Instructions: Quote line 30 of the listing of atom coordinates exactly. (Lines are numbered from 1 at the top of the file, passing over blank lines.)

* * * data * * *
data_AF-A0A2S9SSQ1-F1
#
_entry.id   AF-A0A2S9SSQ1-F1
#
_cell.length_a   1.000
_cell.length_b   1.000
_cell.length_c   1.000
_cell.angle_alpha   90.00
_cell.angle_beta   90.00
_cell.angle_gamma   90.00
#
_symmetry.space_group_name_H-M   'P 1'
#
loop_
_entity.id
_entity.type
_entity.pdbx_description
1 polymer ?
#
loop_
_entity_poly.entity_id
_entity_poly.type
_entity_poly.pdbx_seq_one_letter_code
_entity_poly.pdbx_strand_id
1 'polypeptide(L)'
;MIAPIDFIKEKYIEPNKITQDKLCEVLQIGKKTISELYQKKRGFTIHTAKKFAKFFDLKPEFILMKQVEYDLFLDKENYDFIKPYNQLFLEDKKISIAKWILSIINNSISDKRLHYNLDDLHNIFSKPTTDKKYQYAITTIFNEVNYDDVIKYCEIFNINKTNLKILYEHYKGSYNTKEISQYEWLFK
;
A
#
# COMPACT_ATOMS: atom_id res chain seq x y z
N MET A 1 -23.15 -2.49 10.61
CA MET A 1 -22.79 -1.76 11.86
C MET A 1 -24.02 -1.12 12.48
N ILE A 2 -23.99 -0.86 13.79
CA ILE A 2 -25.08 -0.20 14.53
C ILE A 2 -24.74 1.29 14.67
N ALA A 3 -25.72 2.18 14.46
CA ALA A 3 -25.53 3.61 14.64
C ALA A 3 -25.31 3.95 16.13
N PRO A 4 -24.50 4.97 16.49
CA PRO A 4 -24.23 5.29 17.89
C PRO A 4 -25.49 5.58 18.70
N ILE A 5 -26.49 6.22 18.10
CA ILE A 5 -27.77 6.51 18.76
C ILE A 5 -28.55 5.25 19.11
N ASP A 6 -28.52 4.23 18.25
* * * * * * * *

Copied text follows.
# COMPACT_ATOMS: atom_id res chain seq x y z